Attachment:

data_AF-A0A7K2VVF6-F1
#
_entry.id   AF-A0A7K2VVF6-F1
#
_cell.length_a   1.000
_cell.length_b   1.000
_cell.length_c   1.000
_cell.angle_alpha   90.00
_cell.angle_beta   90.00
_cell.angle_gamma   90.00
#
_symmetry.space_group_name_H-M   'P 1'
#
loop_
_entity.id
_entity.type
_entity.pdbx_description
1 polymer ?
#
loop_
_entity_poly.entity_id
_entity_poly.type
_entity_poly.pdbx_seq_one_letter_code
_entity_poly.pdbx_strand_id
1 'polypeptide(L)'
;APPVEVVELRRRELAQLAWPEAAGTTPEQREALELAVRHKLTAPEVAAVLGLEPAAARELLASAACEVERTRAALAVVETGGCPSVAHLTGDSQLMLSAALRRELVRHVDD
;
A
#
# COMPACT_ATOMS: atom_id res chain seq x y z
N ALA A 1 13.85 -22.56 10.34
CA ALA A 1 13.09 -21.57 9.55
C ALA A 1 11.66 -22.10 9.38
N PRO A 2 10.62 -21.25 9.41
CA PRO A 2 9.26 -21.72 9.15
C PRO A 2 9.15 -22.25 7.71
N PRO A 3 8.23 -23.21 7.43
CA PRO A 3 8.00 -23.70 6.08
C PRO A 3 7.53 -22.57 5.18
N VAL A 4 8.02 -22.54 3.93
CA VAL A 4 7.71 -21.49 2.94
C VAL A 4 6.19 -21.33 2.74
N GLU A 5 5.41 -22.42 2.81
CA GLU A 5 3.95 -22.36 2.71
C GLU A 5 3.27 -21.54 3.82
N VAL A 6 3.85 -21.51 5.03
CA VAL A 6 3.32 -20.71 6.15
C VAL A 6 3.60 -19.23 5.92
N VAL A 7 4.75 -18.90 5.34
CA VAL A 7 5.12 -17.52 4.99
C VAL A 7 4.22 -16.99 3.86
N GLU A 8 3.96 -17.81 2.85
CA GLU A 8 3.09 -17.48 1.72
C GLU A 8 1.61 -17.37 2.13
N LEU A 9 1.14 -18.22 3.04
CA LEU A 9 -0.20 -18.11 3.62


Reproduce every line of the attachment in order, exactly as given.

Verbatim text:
data_AF-A0A7K2VVF6-F1
#
_entry.id   AF-A0A7K2VVF6-F1
#
_cell.length_a   1.000
_cell.length_b   1.000
_cell.length_c   1.000
_cell.angle_alpha   90.00
_cell.angle_beta   90.00
_cell.angle_gamma   90.00
#
_symmetry.space_group_name_H-M   'P 1'
#
loop_
_entity.id
_entity.type
_entity.pdbx_description
1 polymer ?
#
loop_
_entity_poly.entity_id
_entity_poly.type
_entity_poly.pdbx_seq_one_letter_code
_entity_poly.pdbx_strand_id
1 'polypeptide(L)'
;APPVEVVELRRRELAQLAWPEAAGTTPEQREALELAVRHKLTAPEVAAVLGLEPAAARELLASAACEVERTRAALAVVETGGCPSVAHLTGDSQLMLSAALRRELVRHVDD
;
A
#
# COMPACT_ATOMS: atom_id res chain seq x y z
N ALA A 1 13.85 -22.56 10.34
CA ALA A 1 13.09 -21.57 9.55
C ALA A 1 11.66 -22.10 9.38
N PRO A 2 10.62 -21.25 9.41
CA PRO A 2 9.26 -21.72 9.15
C PRO A 2 9.15 -22.25 7.71
N PRO A 3 8.23 -23.21 7.43
CA PRO A 3 8.00 -23.70 6.08
C PRO A 3 7.53 -22.57 5.18
N VAL A 4 8.02 -22.54 3.93
CA VAL A 4 7.71 -21.49 2.94
C VAL A 4 6.19 -21.33 2.74
N GLU A 5 5.41 -22.42 2.81
CA GLU A 5 3.95 -22.36 2.71
C GLU A 5 3.27 -21.54 3.82
N VAL A 6 3.85 -21.51 5.03
CA VAL A 6 3.32 -20.71 6.15
C VAL A 6 3.60 -19.23 5.92
N VAL A 7 4.75 -18.90 5.34
CA VAL A 7 5.12 -17.52 4.99
C VAL A 7 4.22 -16.99 3.86
N GLU A 8 3.96 -17.81 2.85
CA GLU A 8 3.09 -17.48 1.72
C GLU A 8 1.61 -17.37 2.13
N LEU A 9 1.14 -18.22 3.04
CA LEU A 9 -0.20 -18.11 3.62